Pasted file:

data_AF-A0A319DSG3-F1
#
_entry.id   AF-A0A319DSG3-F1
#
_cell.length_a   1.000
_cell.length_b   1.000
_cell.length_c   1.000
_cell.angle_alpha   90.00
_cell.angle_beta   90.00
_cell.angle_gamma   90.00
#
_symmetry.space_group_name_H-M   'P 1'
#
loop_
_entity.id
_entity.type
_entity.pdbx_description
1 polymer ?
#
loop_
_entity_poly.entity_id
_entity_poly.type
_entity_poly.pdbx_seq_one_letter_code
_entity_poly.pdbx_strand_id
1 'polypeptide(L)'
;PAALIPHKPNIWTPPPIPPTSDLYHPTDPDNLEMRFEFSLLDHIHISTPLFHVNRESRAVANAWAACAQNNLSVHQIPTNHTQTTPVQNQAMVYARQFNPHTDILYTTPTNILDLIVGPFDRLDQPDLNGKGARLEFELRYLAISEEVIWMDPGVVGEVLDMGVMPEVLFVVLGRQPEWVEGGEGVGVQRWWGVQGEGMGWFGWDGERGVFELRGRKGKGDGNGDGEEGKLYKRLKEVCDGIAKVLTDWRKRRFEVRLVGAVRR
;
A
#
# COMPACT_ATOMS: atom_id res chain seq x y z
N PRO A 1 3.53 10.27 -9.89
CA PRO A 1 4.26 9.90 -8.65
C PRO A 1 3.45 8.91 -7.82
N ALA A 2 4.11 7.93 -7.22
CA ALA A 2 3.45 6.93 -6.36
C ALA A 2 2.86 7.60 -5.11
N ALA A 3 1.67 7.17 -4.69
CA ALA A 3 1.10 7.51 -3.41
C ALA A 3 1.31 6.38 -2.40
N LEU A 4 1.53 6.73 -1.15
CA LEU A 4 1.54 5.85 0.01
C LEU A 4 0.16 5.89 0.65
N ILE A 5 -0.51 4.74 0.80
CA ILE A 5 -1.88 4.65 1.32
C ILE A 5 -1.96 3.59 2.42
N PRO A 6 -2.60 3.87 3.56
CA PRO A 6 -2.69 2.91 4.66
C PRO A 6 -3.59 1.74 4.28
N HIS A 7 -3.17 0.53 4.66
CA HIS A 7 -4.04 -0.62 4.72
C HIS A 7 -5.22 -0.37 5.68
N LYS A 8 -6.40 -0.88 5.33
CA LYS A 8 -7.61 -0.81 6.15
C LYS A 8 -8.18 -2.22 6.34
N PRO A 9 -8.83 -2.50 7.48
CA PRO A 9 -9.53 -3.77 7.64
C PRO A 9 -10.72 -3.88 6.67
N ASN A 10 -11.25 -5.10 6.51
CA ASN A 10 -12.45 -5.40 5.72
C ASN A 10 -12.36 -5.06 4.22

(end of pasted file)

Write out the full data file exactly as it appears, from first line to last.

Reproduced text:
data_AF-A0A319DSG3-F1
#
_entry.id   AF-A0A319DSG3-F1
#
_cell.length_a   1.000
_cell.length_b   1.000
_cell.length_c   1.000
_cell.angle_alpha   90.00
_cell.angle_beta   90.00
_cell.angle_gamma   90.00
#
_symmetry.space_group_name_H-M   'P 1'
#
loop_
_entity.id
_entity.type
_entity.pdbx_description
1 polymer ?
#
loop_
_entity_poly.entity_id
_entity_poly.type
_entity_poly.pdbx_seq_one_letter_code
_entity_poly.pdbx_strand_id
1 'polypeptide(L)'
;PAALIPHKPNIWTPPPIPPTSDLYHPTDPDNLEMRFEFSLLDHIHISTPLFHVNRESRAVANAWAACAQNNLSVHQIPTNHTQTTPVQNQAMVYARQFNPHTDILYTTPTNILDLIVGPFDRLDQPDLNGKGARLEFELRYLAISEEVIWMDPGVVGEVLDMGVMPEVLFVVLGRQPEWVEGGEGVGVQRWWGVQGEGMGWFGWDGERGVFELRGRKGKGDGNGDGEEGKLYKRLKEVCDGIAKVLTDWRKRRFEVRLVGAVRR
;
A
#
# COMPACT_ATOMS: atom_id res chain seq x y z
N PRO A 1 3.53 10.27 -9.89
CA PRO A 1 4.26 9.90 -8.65
C PRO A 1 3.45 8.91 -7.82
N ALA A 2 4.11 7.93 -7.22
CA ALA A 2 3.45 6.93 -6.36
C ALA A 2 2.86 7.60 -5.11
N ALA A 3 1.67 7.17 -4.69
CA ALA A 3 1.10 7.51 -3.41
C ALA A 3 1.31 6.38 -2.40
N LEU A 4 1.53 6.73 -1.15
CA LEU A 4 1.54 5.85 0.01
C LEU A 4 0.16 5.89 0.65
N ILE A 5 -0.51 4.74 0.80
CA ILE A 5 -1.88 4.65 1.32
C ILE A 5 -1.96 3.59 2.42
N PRO A 6 -2.60 3.87 3.56
CA PRO A 6 -2.69 2.91 4.66
C PRO A 6 -3.59 1.74 4.28
N HIS A 7 -3.17 0.53 4.66
CA HIS A 7 -4.04 -0.62 4.72
C HIS A 7 -5.22 -0.37 5.68
N LYS A 8 -6.40 -0.88 5.33
CA LYS A 8 -7.61 -0.81 6.15
C LYS A 8 -8.18 -2.22 6.34
N PRO A 9 -8.83 -2.50 7.48
CA PRO A 9 -9.53 -3.77 7.64
C PRO A 9 -10.72 -3.88 6.67
N ASN A 10 -11.25 -5.10 6.51
CA ASN A 10 -12.45 -5.40 5.72
C ASN A 10 -12.36 -5.06 4.22